Forget about big-firm recruiting machines -- the federal government is a big-time legal recruiter. According to the U.S. Census Bureau, as of March 2001 (the last date for which data was available), the federal government employed close to 58,000 people in "judicial and legal" positions. The statistics cover only civilian personnel and don't get more specific. Additionally, lawyers working in other positions (e.g., law enforcement) aren't included, so the actual number of JDs (or LLMs, etc.) may be higher. There are some basic conditions anyone considering a legal career within the federal government must meet. Since 1976 nearly every civil service job has required American citizenship or residency in American Samoa. Male job applicants also need to be registered with the Selective Service, the government's draft registry. Of course, a law degree is required, but as with most law firms, many government agencies have an honors program which allow law graduates to start working as a law clerk for up to a year before passing the bar exam.
If you were in the military before earning your law degree, you may be eligible for veterans' preference in being considered for government jobs. The preference generally only applies to those members of the armed forces who actually saw combat action, so you'll need to have participated in an officially recognized military campaign or expedition and received a campaign badge.
The government is a drug-free workplace, and the application process for most positions will include a screening test. Jobs at law enforcement or intelligence gathering agencies require a more extensive background check that can take months to complete. In addition to speaking with friends and family, government investigators interview professors and classmates, former bosses and coworkers, even old landlords and ex-spouses. They also do a close reading of tax records and check for any credit problems or arrests, building up a detailed history than can extend as far as a decade into the past. (Although standards vary from agency to agency, previous drug use won't necessarily be a disqualifying factor, depending on its extent and how long ago it occurred. For example, some agencies will tolerate occasional marijuana use provided it hasn't occurred within the last five years.)
Down with OPM
Although many of the federal agencies listed in this guide will have job openings posted on their web sites, almost applications or applicants go thorough the Office of Personnel Management (OPM), the government's very own HR department, at some point, usually early in the process. The OPM has created a standardized "optional application for federal employment," also known as the OF-612, which identifies the minimum information you'll need to provide about work experience, education and other job-related qualifications; although it is not required, it is a common and useful substitute for a resumi. (The file is available for download in PDF or Word version at http://www.opm.gov/forms/html/of.asp.) Once this form is submitted, plus whatever additional materials are required in the vacancy announcement, you will be contacted directly by the agency to which you've applied.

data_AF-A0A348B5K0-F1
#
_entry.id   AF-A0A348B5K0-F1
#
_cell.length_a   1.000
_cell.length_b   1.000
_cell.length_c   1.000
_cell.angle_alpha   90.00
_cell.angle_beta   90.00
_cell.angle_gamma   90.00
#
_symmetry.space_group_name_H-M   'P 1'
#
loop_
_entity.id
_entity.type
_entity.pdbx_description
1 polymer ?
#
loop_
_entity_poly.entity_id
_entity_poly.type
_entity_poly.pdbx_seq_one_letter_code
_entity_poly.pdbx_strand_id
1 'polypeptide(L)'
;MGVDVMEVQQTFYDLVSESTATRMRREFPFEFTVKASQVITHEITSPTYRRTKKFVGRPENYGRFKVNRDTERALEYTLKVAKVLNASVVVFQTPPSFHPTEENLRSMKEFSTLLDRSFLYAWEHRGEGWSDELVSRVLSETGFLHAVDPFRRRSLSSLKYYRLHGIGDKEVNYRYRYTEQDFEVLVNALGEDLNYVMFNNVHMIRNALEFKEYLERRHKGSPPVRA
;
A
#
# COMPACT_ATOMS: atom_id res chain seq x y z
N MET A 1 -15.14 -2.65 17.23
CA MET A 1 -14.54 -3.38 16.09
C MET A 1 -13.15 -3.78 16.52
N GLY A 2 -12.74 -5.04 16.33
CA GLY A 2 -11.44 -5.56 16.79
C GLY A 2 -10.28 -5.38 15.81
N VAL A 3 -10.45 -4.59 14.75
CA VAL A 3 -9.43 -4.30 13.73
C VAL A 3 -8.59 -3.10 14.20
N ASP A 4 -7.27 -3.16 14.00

Most government jobs follow a strict pay scale, available from the OPM as the General Schedule of salaries. (See below.) Corporate lawyers, though, are in for a treat; the Federal Reserve Board and the Securities and Exchange Commission have a separate pay structure with higher wages. Most government attorneys start out at the GS-11 level ($41,684 in 2002), but promotions can make a big difference. A third-year GS-11, for example, still had a base salary under $45,000 in 2002, but a GS-12 position boosts earnings to $53,000.
State and local governments are also serious recruiters of legal eagles. According to the U.S. Census, state and local governments employed approximately 400,000 judicial and legal personnel as of March 2001. (These positions aren't broken down by the Census Bureau and lawyers in some other categories may not be counted.) Of course, municipal government recruiting is tricky because it can vary even within one state, but there are a few popular legal positions that have pretty standard hiring processes.
Trying to land a job with a district attorney's office can be as competitive as applying for an associate's position at a major law firm, especially in a large city. The three cities profiled in this guide -- Chicago, Los Angeles and Manhattan -- can (and often do) receive up to 20 times more applications than they have available positions, and put their prospective hires through as many as four separate interviews before making their final decision. Although the background checks aren't as extensive as for a federal position, a prosecutor's office will, at the very least, check an applicant's history for any criminal record and require a drug test.
This pattern holds in other large cities as well: the Bronx DA's office had more than 700 applicants to choose from in 2000, and made offers to just 55. Some attorney's offices have the resources to recruit on law school campuses, while others rely heavily on prospective candidates to show initiative and seek them out. Most, but not all, will have information about applying for employment on their web sites, although the smaller offices will often refuse to accept applications if they don't actually have a vacancy to fill. And some offices have their own unique setups, like the Miami-Dade County Attorney's office, which selects many of its new hires from participants in its summer clerk program, an internship available to five to eight students each year.
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